Abigail Cowen and Tom Lewis in Redeeming Love


Based on Francine Rivers' 1991 bestseller, director D.J. Caruso's historical Christian romance Redeeming Love is set in the 1860s, and had the technology existed back then, it could almost be mistaken for a big-screen PSA released in the 1860s. The short version of the experience is that it's a queasy morality fable about a fallen woman who, due to the love of a faultless man, ultimately discovers the grace of God and mends her wicked ways. The longer version is that this earnest, tacky, largely offensive trifle is – thanks to a handful of unexpectedly resonant performances – a lot less icky than it should have been. Damned actors. The good ones can make almost anything bearable.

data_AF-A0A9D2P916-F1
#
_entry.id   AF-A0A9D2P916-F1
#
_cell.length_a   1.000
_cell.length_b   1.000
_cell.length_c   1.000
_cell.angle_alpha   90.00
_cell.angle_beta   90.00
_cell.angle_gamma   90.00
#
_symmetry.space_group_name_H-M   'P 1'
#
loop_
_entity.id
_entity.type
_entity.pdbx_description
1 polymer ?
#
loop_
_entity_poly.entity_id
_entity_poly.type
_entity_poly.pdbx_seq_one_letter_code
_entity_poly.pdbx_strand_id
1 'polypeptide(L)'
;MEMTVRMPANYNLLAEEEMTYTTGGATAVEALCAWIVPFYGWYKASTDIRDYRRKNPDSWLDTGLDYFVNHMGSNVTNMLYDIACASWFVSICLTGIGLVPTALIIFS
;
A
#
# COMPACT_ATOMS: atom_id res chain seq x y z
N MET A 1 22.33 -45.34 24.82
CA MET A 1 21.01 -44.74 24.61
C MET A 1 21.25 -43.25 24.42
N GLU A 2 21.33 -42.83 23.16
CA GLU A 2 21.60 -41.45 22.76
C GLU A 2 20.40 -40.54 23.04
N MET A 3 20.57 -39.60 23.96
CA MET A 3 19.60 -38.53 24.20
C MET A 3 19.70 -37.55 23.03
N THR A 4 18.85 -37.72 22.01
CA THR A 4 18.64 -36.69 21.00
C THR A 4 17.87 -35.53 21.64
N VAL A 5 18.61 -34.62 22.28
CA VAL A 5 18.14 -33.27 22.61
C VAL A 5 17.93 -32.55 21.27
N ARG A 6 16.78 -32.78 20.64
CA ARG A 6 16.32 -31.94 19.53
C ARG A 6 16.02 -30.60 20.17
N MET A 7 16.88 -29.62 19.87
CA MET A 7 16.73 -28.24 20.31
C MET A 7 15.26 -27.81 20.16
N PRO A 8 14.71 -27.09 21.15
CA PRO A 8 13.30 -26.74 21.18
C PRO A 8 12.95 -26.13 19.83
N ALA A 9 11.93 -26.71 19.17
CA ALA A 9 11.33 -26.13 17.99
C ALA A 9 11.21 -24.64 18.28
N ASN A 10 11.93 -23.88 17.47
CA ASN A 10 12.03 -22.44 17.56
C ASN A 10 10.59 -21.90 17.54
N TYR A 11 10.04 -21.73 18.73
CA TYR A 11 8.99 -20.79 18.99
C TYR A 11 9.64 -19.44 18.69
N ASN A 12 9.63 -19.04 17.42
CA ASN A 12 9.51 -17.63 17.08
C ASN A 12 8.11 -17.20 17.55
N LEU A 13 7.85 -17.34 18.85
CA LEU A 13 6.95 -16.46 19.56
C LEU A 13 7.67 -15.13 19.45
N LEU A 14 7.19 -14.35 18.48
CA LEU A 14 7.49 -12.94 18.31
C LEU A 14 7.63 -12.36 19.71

With its opening title card trumpeting the Shakespeare line “All that glitters is not gold,” Caruso's shimmery drama spends the next 130 minutes demonstrating the truth of that statement. Set during the Gold Rush in the one-horse town of Pair-a-Dice (and the biblical references just get more egregious from there), Redeeming Love casts Abigail Cowen as Angel, the purdiest prostitute in the wild wild west. Sold into slavery after the death of her beloved mother (Nina Dobrev), Angel, as we learn through flashbacks, has recently escaped her life of forced sex work in Boston and has taken up a life of coerced sex work in California. Though cruelly treated by her brothel's owner (Famke Janssen), Angel is the star attraction amongst the local menfolk, and appears to have resignedly accepted her pitiful, inebriated fate. Until, that is, farmer Michael Hosea (Tom Lewis) comes to town.